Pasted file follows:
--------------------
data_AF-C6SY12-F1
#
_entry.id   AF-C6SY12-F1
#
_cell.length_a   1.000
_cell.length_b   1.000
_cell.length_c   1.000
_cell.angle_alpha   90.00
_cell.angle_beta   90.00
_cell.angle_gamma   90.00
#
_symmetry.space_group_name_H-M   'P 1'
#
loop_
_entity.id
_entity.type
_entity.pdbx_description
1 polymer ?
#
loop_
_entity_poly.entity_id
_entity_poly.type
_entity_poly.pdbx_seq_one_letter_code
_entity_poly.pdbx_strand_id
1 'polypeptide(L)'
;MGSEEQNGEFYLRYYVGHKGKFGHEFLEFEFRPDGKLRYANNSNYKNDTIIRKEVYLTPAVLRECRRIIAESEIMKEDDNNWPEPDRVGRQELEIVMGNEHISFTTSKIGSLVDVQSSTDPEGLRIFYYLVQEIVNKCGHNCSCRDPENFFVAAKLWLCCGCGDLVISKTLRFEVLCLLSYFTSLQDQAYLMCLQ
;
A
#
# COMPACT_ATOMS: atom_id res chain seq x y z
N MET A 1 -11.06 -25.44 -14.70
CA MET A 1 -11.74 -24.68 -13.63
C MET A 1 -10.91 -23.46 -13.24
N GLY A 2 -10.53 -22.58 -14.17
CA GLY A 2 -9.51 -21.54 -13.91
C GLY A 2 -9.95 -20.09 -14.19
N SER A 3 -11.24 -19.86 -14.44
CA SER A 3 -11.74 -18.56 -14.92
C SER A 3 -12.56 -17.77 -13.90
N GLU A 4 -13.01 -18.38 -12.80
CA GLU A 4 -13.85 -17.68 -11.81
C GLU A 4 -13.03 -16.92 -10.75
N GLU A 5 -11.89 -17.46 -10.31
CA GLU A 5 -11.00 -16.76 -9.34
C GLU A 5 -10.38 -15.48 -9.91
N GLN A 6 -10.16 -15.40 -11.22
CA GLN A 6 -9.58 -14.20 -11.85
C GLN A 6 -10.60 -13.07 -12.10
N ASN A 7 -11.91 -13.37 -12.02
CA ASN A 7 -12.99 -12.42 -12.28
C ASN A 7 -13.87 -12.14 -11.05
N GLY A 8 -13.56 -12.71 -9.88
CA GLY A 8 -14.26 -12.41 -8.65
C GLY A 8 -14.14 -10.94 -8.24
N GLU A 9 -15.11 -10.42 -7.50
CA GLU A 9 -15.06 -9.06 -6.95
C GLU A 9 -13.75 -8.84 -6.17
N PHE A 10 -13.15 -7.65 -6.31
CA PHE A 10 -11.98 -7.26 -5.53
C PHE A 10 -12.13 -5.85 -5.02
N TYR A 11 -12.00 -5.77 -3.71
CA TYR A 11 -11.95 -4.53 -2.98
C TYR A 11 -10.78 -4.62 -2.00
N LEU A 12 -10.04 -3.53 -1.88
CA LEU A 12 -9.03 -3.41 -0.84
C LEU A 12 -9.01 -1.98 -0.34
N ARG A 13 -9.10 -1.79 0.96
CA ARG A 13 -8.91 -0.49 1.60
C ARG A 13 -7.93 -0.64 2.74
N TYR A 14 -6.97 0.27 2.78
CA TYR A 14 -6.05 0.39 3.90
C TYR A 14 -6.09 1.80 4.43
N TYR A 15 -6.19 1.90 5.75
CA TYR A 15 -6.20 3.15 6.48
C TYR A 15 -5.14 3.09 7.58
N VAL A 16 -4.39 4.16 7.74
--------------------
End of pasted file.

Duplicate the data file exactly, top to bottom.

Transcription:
data_AF-C6SY12-F1
#
_entry.id   AF-C6SY12-F1
#
_cell.length_a   1.000
_cell.length_b   1.000
_cell.length_c   1.000
_cell.angle_alpha   90.00
_cell.angle_beta   90.00
_cell.angle_gamma   90.00
#
_symmetry.space_group_name_H-M   'P 1'
#
loop_
_entity.id
_entity.type
_entity.pdbx_description
1 polymer ?
#
loop_
_entity_poly.entity_id
_entity_poly.type
_entity_poly.pdbx_seq_one_letter_code
_entity_poly.pdbx_strand_id
1 'polypeptide(L)'
;MGSEEQNGEFYLRYYVGHKGKFGHEFLEFEFRPDGKLRYANNSNYKNDTIIRKEVYLTPAVLRECRRIIAESEIMKEDDNNWPEPDRVGRQELEIVMGNEHISFTTSKIGSLVDVQSSTDPEGLRIFYYLVQEIVNKCGHNCSCRDPENFFVAAKLWLCCGCGDLVISKTLRFEVLCLLSYFTSLQDQAYLMCLQ
;
A
#
# COMPACT_ATOMS: atom_id res chain seq x y z
N MET A 1 -11.06 -25.44 -14.70
CA MET A 1 -11.74 -24.68 -13.63
C MET A 1 -10.91 -23.46 -13.24
N GLY A 2 -10.53 -22.58 -14.17
CA GLY A 2 -9.51 -21.54 -13.91
C GLY A 2 -9.95 -20.09 -14.19
N SER A 3 -11.24 -19.86 -14.44
CA SER A 3 -11.74 -18.56 -14.92
C SER A 3 -12.56 -17.77 -13.90
N GLU A 4 -13.01 -18.38 -12.80
CA GLU A 4 -13.85 -17.68 -11.81
C GLU A 4 -13.03 -16.92 -10.75
N GLU A 5 -11.89 -17.46 -10.31
CA GLU A 5 -11.00 -16.76 -9.34
C GLU A 5 -10.38 -15.48 -9.91
N GLN A 6 -10.16 -15.40 -11.22
CA GLN A 6 -9.58 -14.20 -11.85
C GLN A 6 -10.60 -13.07 -12.10
N ASN A 7 -11.91 -13.37 -12.02
CA ASN A 7 -12.99 -12.42 -12.28
C ASN A 7 -13.87 -12.14 -11.05
N GLY A 8 -13.56 -12.71 -9.88
CA GLY A 8 -14.26 -12.41 -8.65
C GLY A 8 -14.14 -10.94 -8.24
N GLU A 9 -15.11 -10.42 -7.50
CA GLU A 9 -15.06 -9.06 -6.95
C GLU A 9 -13.75 -8.84 -6.17
N PHE A 10 -13.15 -7.65 -6.31
CA PHE A 10 -11.98 -7.26 -5.53
C PHE A 10 -12.13 -5.85 -5.02
N TYR A 11 -12.00 -5.77 -3.71
CA TYR A 11 -11.95 -4.53 -2.98
C TYR A 11 -10.78 -4.62 -2.00
N LEU A 12 -10.04 -3.53 -1.88
CA LEU A 12 -9.03 -3.41 -0.84
C LEU A 12 -9.01 -1.98 -0.34
N ARG A 13 -9.10 -1.79 0.96
CA ARG A 13 -8.91 -0.49 1.60
C ARG A 13 -7.93 -0.64 2.74
N TYR A 14 -6.97 0.27 2.78
CA TYR A 14 -6.05 0.39 3.90
C TYR A 14 -6.09 1.80 4.43
N TYR A 15 -6.19 1.90 5.75
CA TYR A 15 -6.20 3.15 6.48
C TYR A 15 -5.14 3.09 7.58
N VAL A 16 -4.39 4.16 7.74